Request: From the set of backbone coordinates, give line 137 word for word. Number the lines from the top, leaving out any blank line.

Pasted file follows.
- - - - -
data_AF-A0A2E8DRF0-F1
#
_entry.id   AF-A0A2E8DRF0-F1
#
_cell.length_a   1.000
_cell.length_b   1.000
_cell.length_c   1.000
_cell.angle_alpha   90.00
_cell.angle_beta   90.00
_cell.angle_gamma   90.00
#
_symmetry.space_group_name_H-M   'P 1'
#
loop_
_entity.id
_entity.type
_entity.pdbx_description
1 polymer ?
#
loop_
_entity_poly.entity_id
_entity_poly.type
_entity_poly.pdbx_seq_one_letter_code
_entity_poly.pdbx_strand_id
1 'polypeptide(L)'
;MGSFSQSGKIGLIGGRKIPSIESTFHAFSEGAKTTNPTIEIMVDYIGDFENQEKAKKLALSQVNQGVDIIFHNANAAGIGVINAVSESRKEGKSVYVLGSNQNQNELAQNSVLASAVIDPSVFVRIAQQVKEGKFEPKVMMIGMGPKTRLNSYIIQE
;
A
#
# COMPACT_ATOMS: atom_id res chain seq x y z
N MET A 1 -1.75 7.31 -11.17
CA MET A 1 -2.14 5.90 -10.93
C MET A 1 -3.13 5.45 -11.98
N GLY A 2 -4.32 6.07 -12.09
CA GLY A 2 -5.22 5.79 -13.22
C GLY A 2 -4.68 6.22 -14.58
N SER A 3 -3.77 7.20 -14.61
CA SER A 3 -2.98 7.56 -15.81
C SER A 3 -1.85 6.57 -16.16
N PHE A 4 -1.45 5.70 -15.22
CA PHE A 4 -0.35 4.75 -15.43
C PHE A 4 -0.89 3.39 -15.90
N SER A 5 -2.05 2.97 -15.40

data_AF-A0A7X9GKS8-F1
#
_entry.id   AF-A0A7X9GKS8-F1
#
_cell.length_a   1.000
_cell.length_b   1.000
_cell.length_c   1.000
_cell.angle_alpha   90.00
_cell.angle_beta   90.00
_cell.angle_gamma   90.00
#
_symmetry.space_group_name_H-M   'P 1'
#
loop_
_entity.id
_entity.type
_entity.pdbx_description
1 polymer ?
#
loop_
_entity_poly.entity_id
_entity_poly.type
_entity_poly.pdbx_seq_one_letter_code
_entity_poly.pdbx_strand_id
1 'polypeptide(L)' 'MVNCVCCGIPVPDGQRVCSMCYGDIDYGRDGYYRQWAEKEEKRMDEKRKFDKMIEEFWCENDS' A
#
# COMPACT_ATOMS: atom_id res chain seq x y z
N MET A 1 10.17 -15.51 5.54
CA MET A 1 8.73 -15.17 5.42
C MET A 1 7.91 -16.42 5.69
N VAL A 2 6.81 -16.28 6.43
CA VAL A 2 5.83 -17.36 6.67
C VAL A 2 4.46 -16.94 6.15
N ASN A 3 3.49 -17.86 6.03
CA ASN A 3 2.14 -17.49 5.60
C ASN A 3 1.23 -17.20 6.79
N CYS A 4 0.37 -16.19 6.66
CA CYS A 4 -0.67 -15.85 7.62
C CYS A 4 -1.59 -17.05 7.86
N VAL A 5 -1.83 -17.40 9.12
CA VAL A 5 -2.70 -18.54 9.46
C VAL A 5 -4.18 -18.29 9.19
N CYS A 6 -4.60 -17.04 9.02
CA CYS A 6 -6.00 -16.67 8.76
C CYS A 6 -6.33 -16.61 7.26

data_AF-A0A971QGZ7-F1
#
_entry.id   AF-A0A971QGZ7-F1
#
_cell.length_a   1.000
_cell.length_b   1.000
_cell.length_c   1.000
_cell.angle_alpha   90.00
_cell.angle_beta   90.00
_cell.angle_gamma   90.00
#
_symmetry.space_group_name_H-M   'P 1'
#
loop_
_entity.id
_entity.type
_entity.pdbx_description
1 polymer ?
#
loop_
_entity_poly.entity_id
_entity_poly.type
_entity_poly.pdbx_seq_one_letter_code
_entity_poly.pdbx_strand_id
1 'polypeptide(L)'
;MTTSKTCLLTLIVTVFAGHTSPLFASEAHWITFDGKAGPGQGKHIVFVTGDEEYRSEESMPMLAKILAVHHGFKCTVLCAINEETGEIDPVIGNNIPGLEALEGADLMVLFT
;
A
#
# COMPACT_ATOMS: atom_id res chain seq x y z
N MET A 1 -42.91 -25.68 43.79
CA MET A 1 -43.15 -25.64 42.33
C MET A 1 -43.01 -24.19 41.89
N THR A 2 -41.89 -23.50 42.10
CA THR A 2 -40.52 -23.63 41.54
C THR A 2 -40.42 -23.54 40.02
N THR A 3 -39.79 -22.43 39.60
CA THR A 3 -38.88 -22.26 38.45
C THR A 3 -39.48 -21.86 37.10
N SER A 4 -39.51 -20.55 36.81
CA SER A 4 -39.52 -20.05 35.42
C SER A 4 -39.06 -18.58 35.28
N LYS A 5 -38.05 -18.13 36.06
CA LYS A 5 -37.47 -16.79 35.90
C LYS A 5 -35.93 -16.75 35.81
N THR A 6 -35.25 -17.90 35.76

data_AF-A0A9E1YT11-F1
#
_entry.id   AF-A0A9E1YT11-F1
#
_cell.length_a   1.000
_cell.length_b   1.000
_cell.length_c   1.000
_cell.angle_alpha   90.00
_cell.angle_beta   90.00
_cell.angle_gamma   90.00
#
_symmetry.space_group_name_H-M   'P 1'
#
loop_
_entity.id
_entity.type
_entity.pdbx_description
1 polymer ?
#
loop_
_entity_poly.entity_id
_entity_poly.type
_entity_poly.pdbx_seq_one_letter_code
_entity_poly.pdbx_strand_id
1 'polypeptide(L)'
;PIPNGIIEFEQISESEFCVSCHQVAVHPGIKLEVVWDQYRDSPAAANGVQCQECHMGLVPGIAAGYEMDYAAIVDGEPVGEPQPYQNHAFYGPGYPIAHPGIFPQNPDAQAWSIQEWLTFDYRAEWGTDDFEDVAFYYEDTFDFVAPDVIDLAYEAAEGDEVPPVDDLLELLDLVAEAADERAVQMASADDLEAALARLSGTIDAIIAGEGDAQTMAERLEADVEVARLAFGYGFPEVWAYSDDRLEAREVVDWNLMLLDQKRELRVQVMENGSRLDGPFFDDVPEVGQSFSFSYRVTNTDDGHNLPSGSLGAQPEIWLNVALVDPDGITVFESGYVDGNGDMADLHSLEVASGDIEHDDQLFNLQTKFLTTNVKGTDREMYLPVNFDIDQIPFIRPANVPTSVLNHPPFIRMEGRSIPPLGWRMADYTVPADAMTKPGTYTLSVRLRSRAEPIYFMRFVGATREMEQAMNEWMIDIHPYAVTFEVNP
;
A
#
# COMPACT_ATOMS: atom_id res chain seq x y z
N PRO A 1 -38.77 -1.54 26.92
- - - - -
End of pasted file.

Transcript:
_entry.id   AF-A0A9E1YT11-F1